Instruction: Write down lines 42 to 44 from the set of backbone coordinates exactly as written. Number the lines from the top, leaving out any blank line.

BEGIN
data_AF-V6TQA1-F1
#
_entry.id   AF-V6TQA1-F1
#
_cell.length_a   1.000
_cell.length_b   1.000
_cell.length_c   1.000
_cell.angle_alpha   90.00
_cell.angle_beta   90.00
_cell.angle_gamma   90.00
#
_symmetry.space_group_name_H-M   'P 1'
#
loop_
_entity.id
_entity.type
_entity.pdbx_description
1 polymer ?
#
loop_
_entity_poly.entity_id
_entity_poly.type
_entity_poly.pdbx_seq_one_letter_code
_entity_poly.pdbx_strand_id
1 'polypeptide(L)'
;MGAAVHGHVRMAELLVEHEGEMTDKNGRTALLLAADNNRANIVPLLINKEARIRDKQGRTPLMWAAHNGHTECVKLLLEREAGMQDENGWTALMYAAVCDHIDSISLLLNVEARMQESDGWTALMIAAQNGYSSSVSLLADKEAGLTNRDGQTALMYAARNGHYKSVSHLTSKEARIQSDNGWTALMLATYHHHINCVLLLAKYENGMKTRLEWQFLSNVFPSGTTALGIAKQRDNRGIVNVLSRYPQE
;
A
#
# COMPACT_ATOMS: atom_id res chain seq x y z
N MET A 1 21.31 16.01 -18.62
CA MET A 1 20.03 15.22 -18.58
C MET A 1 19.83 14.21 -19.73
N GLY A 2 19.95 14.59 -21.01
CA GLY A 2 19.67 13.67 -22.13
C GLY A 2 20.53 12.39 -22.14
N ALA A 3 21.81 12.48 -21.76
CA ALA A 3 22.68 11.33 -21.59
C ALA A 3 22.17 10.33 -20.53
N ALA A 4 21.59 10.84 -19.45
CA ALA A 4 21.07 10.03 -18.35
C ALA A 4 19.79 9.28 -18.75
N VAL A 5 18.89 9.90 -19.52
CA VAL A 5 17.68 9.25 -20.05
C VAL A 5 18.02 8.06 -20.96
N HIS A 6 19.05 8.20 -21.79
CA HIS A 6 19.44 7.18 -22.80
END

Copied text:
C ALA A 4 19.79 9.28 -18.75
N VAL A 5 18.89 9.90 -19.52
CA VAL A 5 17.68 9.25 -20.05